There’s two ways to measure CP and W’: using a linear or a non-linear model. We will focus on the linear model as you can perform this test yourself. For the linear model, you cycle for 12, 7 and 3-minutes as fast as you can (take 30-minutes rest in between) and plot work (y-axis) vs. time (x-axis). This creates a regression line graph providing you with the equation:

Y = mx + b    (we know you remember this equation from middle school)

This equates to:

Y = CPx + W’

Now have your Critical Power and W’.

What do these Values Mean and How do they Inform Pacing strategy

As previously mentioned, CP is aerobic and W’ is anaerobic. So, if a cyclist has a high CP, they will have a lower W’. They are more of an aerobic athlete. This athlete doesn’t have a huge “kick”, so sprinting at the end of a race is not an ideal strategy. This athlete should approach a race with a front end racing strategy. Meaning, they should have a faster pace at the start and throughout the race. Consequently, other cyclists will deplete their W’. 

Deplete other cyclists W’?

Yes, remember, W’ is a finite amount of energy. If a cyclist starts cycling at power outputs above CP they are tapping into their NOS and it’s only a matter of time before they run out and slow down.

The cyclist with the higher D’ will have a lower CP and would benefit from taking a back-end racing strategy. This cyclist is going to want to try and control the pace of the race. This way, they can utilize their big “kick” at the end and no one will be able to keep up with them. 

Use Your Values for Training 

There’s 4 different exercise intensity domains: moderate, heavy, severe, and extreme. Training within each of these domains improves your physiology to optimize cycling performance. These domains are separated by common thresholds such as: lactate threshold, critical power, and VO2max.

The moderate intensity domain is an easy pace. You can keep this pace or sustain power outputs within this domain for a very, very long time, without feeling fatigued. This domain is below your lactate threshold. 

As you increase the intensity, you eventually reach the heavy domain. You have now passed your lactate threshold. Now, within the heavy domain, you have some blood lactate accumulation but nothing to prevent your from feeling the need to slow down.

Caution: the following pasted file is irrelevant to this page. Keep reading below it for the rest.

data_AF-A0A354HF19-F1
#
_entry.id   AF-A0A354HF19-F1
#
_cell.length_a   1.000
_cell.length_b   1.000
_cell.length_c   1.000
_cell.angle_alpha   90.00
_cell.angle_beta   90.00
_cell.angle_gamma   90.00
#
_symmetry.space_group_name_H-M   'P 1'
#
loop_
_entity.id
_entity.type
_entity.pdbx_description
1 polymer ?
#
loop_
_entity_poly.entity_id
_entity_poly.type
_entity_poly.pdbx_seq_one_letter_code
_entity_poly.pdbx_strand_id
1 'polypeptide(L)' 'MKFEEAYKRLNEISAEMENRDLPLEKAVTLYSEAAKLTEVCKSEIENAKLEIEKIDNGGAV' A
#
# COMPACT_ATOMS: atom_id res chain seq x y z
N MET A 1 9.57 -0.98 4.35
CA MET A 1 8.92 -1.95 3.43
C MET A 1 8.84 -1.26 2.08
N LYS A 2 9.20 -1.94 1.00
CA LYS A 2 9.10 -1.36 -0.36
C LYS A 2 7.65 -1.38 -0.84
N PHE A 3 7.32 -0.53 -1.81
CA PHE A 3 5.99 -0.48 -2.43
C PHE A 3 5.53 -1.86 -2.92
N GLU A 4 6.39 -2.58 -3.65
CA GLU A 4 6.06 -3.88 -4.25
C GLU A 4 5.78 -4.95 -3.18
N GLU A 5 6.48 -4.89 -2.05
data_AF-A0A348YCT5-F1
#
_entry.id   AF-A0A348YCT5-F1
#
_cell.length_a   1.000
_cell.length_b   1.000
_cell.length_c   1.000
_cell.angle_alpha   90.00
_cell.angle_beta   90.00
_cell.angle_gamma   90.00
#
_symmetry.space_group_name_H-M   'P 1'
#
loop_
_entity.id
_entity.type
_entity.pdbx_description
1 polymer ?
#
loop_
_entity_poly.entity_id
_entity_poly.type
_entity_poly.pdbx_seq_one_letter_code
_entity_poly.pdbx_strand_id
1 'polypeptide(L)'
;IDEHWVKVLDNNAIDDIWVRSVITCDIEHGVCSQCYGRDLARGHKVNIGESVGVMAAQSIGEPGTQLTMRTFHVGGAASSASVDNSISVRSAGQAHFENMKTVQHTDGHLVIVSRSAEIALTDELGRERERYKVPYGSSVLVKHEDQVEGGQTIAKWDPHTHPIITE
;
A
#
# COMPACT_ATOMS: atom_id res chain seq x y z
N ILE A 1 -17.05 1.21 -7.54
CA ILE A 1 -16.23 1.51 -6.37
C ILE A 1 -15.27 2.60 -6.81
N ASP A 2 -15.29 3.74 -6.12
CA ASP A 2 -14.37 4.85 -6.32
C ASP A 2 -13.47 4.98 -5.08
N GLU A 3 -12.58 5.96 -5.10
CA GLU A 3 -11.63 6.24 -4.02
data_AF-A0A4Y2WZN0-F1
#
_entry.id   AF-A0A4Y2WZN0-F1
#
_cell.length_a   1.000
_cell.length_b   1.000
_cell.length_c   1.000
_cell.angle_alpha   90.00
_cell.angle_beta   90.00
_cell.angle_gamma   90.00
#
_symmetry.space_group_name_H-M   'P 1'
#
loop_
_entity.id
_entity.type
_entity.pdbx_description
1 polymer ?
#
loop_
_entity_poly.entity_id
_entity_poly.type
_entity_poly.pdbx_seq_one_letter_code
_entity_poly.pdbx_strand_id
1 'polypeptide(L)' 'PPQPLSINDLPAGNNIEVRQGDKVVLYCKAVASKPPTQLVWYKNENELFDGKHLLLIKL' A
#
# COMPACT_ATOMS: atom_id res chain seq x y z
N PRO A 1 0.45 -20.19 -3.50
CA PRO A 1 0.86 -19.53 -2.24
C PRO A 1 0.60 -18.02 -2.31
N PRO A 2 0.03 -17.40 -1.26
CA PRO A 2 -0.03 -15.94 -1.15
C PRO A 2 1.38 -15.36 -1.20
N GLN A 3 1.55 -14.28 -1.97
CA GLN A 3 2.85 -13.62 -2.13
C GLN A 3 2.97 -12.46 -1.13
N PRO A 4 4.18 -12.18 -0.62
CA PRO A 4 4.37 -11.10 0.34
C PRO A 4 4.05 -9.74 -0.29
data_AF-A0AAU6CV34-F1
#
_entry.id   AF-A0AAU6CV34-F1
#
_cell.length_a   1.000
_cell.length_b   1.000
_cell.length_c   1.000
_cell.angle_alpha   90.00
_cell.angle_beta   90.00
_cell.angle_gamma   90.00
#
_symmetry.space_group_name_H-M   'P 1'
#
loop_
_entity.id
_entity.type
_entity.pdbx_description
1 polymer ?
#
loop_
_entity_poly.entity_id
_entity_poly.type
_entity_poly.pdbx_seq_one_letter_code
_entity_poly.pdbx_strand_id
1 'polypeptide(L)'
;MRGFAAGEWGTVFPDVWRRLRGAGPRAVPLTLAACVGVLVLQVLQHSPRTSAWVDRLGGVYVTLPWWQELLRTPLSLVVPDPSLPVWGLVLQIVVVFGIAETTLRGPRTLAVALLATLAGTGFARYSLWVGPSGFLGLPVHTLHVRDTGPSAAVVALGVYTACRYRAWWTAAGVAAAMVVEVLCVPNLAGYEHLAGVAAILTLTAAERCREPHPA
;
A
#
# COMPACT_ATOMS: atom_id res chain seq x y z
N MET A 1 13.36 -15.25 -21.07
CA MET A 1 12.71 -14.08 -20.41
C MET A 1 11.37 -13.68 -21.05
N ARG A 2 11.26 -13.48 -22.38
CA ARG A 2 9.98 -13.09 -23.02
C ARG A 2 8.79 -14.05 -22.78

As you approach the top of the heavy domain you begin to reach power outputs closer to CP. Remember anything at or below CP is a tough, yet, sustainable pace. As you cycle at power outputs above CP, entering the severe or even extreme domains, you begin to deplete W’.

So what does this have to do with training?

Remember, each threshold separating the different domains is associated with a specific power output. For instance, your lactate threshold may be at 200W, your CP at 275W, and VO2max at 350W. So, if you were cycling below 200W you would be in the moderate domain, between 200W-275W you would be in the heavy domain, and between 275W and 350W the severe domain.

Now, in order to increase your lactate threshold or increase your CP, you would need to cycle at power outputs above those intensities utilizing HIT. Now, there’s a lot of math we can use to prescribe HIT using equations that researchers have provided for us, but let’s use the KIS model (Keep It Simple) and make it applicable.

Knowing that your CP is a better indicator of cycling performance than VO2max and lactate threshold, let’s focus on using HIT to increase CP.

Looking back at our example, let’s say you have a CP of 275W. Performing 3-4 intervals at a intensities above CP (ie. 300W) will increase your maximum sustainable power output. An example would be cycling for 3-minutes at 300W and then recovering for 3-minutes at 190W (below lactate threshold). Do this for 3-4 intervals, at a work to rest ratio of 1:1, and see your cycling performance sky-rocket! 

Elevate Your Cycling with PowerDot

As demonstrated, knowing your numbers (specifically CP) can significantly improve your training and cycling performance. However, to achieve optimum training adaptations, NMES should be a staple within your training. 

We mentioned earlier, using NMES (ie. PowerDot) is an essential tool to be added to your training. Using it while cycling, following the hybrid training system, provides the best of both worlds combining resistance and aerobic exercise all in one.

If you are serious about taking your critical power and cycling performance to the next level, snag PowerDot, as it will only make you better.